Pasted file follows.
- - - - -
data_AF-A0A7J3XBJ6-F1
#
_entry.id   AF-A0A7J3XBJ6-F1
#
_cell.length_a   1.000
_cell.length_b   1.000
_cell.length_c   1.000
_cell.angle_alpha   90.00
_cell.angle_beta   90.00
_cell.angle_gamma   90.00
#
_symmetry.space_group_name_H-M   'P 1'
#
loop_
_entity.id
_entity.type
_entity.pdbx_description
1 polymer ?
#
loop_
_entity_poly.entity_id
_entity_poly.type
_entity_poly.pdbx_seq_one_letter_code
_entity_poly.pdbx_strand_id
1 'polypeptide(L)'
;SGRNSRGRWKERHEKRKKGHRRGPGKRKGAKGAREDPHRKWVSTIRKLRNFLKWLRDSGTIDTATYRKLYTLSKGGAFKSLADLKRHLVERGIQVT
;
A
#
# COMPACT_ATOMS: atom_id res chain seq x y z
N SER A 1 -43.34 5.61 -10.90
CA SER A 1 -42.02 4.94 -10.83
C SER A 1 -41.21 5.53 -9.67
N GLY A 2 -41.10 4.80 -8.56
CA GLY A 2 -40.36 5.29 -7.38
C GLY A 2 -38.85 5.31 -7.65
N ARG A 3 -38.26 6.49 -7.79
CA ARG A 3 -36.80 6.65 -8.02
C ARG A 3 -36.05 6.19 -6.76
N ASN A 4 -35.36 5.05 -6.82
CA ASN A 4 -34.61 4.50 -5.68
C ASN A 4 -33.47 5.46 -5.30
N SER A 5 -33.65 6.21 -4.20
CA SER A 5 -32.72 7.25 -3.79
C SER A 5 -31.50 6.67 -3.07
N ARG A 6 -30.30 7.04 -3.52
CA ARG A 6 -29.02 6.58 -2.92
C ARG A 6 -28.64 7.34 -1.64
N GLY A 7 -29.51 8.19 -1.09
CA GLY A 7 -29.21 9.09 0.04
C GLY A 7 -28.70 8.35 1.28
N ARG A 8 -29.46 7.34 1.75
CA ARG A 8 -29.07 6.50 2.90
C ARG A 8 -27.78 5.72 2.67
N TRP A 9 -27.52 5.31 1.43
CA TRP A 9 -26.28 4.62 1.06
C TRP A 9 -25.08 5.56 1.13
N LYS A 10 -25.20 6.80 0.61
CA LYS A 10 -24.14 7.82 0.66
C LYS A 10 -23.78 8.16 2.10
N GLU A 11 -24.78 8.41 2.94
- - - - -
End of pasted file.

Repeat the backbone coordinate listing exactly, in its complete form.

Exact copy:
data_AF-A0A7J3XBJ6-F1
#
_entry.id   AF-A0A7J3XBJ6-F1
#
_cell.length_a   1.000
_cell.length_b   1.000
_cell.length_c   1.000
_cell.angle_alpha   90.00
_cell.angle_beta   90.00
_cell.angle_gamma   90.00
#
_symmetry.space_group_name_H-M   'P 1'
#
loop_
_entity.id
_entity.type
_entity.pdbx_description
1 polymer ?
#
loop_
_entity_poly.entity_id
_entity_poly.type
_entity_poly.pdbx_seq_one_letter_code
_entity_poly.pdbx_strand_id
1 'polypeptide(L)'
;SGRNSRGRWKERHEKRKKGHRRGPGKRKGAKGAREDPHRKWVSTIRKLRNFLKWLRDSGTIDTATYRKLYTLSKGGAFKSLADLKRHLVERGIQVT
;
A
#
# COMPACT_ATOMS: atom_id res chain seq x y z
N SER A 1 -43.34 5.61 -10.90
CA SER A 1 -42.02 4.94 -10.83
C SER A 1 -41.21 5.53 -9.67
N GLY A 2 -41.10 4.80 -8.56
CA GLY A 2 -40.36 5.29 -7.38
C GLY A 2 -38.85 5.31 -7.65
N ARG A 3 -38.26 6.49 -7.79
CA ARG A 3 -36.80 6.65 -8.02
C ARG A 3 -36.05 6.19 -6.76
N ASN A 4 -35.36 5.05 -6.82
CA ASN A 4 -34.61 4.50 -5.68
C ASN A 4 -33.47 5.46 -5.30
N SER A 5 -33.65 6.21 -4.20
CA SER A 5 -32.72 7.25 -3.79
C SER A 5 -31.50 6.67 -3.07
N ARG A 6 -30.30 7.04 -3.52
CA ARG A 6 -29.02 6.58 -2.92
C ARG A 6 -28.64 7.34 -1.64
N GLY A 7 -29.51 8.19 -1.09
CA GLY A 7 -29.21 9.09 0.04
C GLY A 7 -28.70 8.35 1.28
N ARG A 8 -29.46 7.34 1.75
CA ARG A 8 -29.07 6.50 2.90
C ARG A 8 -27.78 5.72 2.67
N TRP A 9 -27.52 5.31 1.43
CA TRP A 9 -26.28 4.62 1.06
C TRP A 9 -25.08 5.56 1.13
N LYS A 10 -25.20 6.80 0.61
CA LYS A 10 -24.14 7.82 0.66
C LYS A 10 -23.78 8.16 2.10
N GLU A 11 -24.78 8.41 2.94